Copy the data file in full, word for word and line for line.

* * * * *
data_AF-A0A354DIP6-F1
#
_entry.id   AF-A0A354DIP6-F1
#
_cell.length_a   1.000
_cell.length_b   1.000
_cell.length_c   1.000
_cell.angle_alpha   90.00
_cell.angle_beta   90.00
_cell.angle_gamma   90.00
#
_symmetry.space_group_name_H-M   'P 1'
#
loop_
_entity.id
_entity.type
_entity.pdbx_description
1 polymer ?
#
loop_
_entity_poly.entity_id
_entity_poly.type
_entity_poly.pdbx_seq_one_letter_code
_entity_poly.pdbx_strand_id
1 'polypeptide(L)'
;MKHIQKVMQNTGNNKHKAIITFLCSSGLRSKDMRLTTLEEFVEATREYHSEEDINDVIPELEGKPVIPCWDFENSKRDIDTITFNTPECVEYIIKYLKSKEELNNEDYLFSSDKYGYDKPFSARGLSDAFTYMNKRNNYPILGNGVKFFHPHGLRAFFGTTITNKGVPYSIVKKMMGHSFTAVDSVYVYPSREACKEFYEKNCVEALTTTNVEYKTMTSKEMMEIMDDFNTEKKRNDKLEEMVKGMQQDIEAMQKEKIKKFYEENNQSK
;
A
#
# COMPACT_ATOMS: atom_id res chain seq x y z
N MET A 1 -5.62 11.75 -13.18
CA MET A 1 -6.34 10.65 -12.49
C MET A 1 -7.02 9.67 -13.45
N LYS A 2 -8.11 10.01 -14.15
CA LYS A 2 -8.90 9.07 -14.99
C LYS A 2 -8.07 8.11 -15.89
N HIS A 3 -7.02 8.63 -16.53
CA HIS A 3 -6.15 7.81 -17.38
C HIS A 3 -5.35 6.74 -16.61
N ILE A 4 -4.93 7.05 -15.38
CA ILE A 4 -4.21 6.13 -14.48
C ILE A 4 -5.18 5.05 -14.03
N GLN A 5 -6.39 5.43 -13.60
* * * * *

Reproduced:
data_AF-A0A354DIP6-F1
#
_entry.id   AF-A0A354DIP6-F1
#
_cell.length_a   1.000
_cell.length_b   1.000
_cell.length_c   1.000
_cell.angle_alpha   90.00
_cell.angle_beta   90.00
_cell.angle_gamma   90.00
#
_symmetry.space_group_name_H-M   'P 1'
#
loop_
_entity.id
_entity.type
_entity.pdbx_description
1 polymer ?
#
loop_
_entity_poly.entity_id
_entity_poly.type
_entity_poly.pdbx_seq_one_letter_code
_entity_poly.pdbx_strand_id
1 'polypeptide(L)'
;MKHIQKVMQNTGNNKHKAIITFLCSSGLRSKDMRLTTLEEFVEATREYHSEEDINDVIPELEGKPVIPCWDFENSKRDIDTITFNTPECVEYIIKYLKSKEELNNEDYLFSSDKYGYDKPFSARGLSDAFTYMNKRNNYPILGNGVKFFHPHGLRAFFGTTITNKGVPYSIVKKMMGHSFTAVDSVYVYPSREACKEFYEKNCVEALTTTNVEYKTMTSKEMMEIMDDFNTEKKRNDKLEEMVKGMQQDIEAMQKEKIKKFYEENNQSK
;
A
#
# COMPACT_ATOMS: atom_id res chain seq x y z
N MET A 1 -5.62 11.75 -13.18
CA MET A 1 -6.34 10.65 -12.49
C MET A 1 -7.02 9.67 -13.45
N LYS A 2 -8.11 10.01 -14.15
CA LYS A 2 -8.90 9.07 -14.99
C LYS A 2 -8.07 8.11 -15.89
N HIS A 3 -7.02 8.63 -16.53
CA HIS A 3 -6.15 7.81 -17.38
C HIS A 3 -5.35 6.74 -16.61
N ILE A 4 -4.93 7.05 -15.38
CA ILE A 4 -4.21 6.13 -14.48
C ILE A 4 -5.18 5.05 -14.03
N GLN A 5 -6.39 5.43 -13.60